Wednesday, September 30, 2009

Be an Ambassador for Cycling

Here is a portion of a great article by Bob Mionske from Bicycling Magazine. You can find the entire article here:

Just because there’s some road rager out there who wants to mix it up with cyclists doesn’t mean that we have to dance to his tune. The most powerful things we can do to effect positive change in the road environment are proactive, not reactive. You have the power to bring a positive influence to your road environment, just as you have the power to bring a negative influence to your road environment.

...Second, lead by example. This means getting our own house in order, and keeping it in order. The obvious place to begin is by obeying traffic laws so that the widely-held societal view that cyclists are arrogant scofflaws is no longer reinforced by our actions. We may be adept at rationalizing lawbreaking to ourselves, but such actions turn the majority of our fellow citizens against us.

Build bridges with other road users—pedestrians and motorists—by leading by example. We ask drivers to respect our rights, and our lives, and then we fail to respect the rights and lives of pedestrians. They are entitled to due care from us, just as we are entitled to due care from motorists, so lead by example—ride courteously and carefully around pedestrians.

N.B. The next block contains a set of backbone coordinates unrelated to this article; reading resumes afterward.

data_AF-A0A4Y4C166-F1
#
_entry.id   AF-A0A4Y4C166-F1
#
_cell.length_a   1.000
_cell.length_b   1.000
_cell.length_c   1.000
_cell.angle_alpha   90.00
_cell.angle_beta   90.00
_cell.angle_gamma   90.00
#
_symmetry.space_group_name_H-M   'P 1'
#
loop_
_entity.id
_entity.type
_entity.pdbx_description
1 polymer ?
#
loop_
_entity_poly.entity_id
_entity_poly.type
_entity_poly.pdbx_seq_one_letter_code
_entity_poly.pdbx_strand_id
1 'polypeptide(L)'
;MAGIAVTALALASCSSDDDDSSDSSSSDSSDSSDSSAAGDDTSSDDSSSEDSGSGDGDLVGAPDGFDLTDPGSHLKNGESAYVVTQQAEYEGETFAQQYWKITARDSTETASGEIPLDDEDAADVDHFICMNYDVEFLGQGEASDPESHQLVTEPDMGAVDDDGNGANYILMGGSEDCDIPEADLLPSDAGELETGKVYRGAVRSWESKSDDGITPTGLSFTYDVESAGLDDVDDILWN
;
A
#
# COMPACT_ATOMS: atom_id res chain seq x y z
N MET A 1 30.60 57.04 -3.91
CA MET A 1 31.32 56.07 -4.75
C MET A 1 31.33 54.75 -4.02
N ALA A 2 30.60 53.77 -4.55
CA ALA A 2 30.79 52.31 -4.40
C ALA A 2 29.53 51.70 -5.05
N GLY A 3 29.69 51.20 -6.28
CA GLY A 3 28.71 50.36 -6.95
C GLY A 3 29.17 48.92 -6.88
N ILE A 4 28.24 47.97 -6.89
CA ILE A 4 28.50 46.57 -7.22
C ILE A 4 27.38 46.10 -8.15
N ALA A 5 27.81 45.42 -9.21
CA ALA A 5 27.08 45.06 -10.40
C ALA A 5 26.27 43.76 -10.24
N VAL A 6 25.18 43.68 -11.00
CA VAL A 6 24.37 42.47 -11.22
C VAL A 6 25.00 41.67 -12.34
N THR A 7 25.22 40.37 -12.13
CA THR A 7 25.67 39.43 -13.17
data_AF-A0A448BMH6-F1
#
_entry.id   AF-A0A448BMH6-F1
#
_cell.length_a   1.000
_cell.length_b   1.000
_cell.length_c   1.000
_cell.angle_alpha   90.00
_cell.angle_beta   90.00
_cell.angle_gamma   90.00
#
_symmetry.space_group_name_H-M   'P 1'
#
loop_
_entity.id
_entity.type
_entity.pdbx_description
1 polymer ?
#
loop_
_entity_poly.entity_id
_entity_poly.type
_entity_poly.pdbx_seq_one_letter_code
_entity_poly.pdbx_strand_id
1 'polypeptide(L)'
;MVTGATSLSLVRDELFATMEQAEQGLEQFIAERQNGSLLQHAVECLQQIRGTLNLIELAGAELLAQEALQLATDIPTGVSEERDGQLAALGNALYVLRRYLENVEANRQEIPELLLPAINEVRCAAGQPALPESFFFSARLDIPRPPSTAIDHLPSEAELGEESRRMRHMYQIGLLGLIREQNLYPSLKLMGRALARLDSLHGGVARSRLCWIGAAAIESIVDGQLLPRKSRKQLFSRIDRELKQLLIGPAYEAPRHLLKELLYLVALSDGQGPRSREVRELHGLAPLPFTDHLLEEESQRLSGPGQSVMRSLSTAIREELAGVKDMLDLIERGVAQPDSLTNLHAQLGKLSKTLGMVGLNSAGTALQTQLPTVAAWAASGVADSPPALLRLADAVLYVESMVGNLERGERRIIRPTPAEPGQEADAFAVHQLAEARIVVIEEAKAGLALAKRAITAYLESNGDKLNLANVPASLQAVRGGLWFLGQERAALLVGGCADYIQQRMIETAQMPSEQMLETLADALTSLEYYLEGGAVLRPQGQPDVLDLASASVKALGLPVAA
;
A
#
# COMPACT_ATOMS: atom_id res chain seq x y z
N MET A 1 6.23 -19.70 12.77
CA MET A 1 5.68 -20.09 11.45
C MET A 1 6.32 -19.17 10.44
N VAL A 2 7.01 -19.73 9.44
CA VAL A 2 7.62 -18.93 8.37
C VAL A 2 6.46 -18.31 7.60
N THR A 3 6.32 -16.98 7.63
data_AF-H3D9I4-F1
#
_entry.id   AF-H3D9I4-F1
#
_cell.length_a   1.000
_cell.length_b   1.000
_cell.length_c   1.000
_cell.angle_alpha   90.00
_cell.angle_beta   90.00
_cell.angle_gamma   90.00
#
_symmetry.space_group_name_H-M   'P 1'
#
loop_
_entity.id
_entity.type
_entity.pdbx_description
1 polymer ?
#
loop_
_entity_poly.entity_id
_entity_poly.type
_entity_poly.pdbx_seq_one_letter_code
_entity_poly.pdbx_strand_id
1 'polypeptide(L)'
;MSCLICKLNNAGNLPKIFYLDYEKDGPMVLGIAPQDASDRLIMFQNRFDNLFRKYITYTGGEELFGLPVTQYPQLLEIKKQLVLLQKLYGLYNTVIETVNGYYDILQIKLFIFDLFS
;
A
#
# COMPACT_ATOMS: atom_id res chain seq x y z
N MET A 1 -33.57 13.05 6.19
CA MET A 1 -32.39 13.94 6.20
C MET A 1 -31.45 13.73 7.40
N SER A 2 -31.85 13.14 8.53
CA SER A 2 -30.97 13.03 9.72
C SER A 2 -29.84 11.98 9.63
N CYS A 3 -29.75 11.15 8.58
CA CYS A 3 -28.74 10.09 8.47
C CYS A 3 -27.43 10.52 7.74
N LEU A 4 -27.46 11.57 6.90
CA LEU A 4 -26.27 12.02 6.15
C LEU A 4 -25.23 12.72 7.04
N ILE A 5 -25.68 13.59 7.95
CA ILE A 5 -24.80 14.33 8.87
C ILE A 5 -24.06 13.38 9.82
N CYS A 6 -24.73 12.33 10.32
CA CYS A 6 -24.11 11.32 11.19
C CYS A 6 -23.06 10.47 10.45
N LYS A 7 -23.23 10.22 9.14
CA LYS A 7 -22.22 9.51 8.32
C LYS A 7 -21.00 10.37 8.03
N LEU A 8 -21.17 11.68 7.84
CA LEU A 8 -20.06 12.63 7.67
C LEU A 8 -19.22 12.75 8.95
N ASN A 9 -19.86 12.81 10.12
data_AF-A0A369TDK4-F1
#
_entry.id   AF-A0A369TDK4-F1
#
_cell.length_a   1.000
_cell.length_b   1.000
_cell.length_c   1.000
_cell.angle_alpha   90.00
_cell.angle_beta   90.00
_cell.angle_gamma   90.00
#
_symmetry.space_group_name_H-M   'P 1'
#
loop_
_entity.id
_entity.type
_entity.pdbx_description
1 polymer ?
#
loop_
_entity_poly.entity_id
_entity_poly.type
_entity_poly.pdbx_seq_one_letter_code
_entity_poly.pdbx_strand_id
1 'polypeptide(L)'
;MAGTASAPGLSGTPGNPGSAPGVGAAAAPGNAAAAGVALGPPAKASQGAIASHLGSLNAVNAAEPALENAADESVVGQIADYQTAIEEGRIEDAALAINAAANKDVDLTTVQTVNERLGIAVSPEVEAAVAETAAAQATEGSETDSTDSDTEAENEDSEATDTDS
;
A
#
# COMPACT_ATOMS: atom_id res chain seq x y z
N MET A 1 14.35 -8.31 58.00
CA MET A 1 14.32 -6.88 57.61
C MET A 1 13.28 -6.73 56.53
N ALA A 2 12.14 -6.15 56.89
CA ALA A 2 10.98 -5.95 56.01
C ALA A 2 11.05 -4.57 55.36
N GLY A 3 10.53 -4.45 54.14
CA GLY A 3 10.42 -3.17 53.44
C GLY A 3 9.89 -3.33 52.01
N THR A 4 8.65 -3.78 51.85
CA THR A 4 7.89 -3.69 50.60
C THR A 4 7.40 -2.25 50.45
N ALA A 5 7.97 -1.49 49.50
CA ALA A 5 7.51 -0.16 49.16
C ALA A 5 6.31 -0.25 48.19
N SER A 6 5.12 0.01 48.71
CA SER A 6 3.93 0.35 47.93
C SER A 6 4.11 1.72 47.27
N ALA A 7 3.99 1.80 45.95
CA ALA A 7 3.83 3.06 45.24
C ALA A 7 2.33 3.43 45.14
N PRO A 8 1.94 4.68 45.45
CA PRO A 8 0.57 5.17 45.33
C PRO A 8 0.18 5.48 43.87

With the relationship between cyclists and motorists so often adversarial, it’s natural that we would focus our attention on our legal rights. It’s easy for all of us—motorists, cyclists, and pedestrians—to forget the importance of the pro-social, cooperative and supportive behavior that would enable all of us to safely get where we are going. We have the power to change that, however, and we exercise that power when we lead by example.

...And don’t think this is the same thing as abandoning our rights. Instead, it’s just acknowledging that our rights are the minimum to which we are all entitled, but that a cooperative road environment requires us to go above and beyond the minimum, by treating each other with common courtesy and kindness.
(Research and drafting provided by Rick Bernardi, J.D.)

1 comment:

dale said...

Recently I've been dancing to the wrong tune.

Last week, for the first time I slammed my fist against an suv that was squeezing me out.

Then today, was buzzed on 144th st. Saw he turned east on fort and saw him a mile later at the gas station. Snapped a pic of his licence plate as he and his friend were coming out. Tense words from all, foul mouth from the passenger. Driver took pic of me.

I'm going to call police and give the license number. If he's reported again, hopefully more action can be taken because of dangerous driving pattern.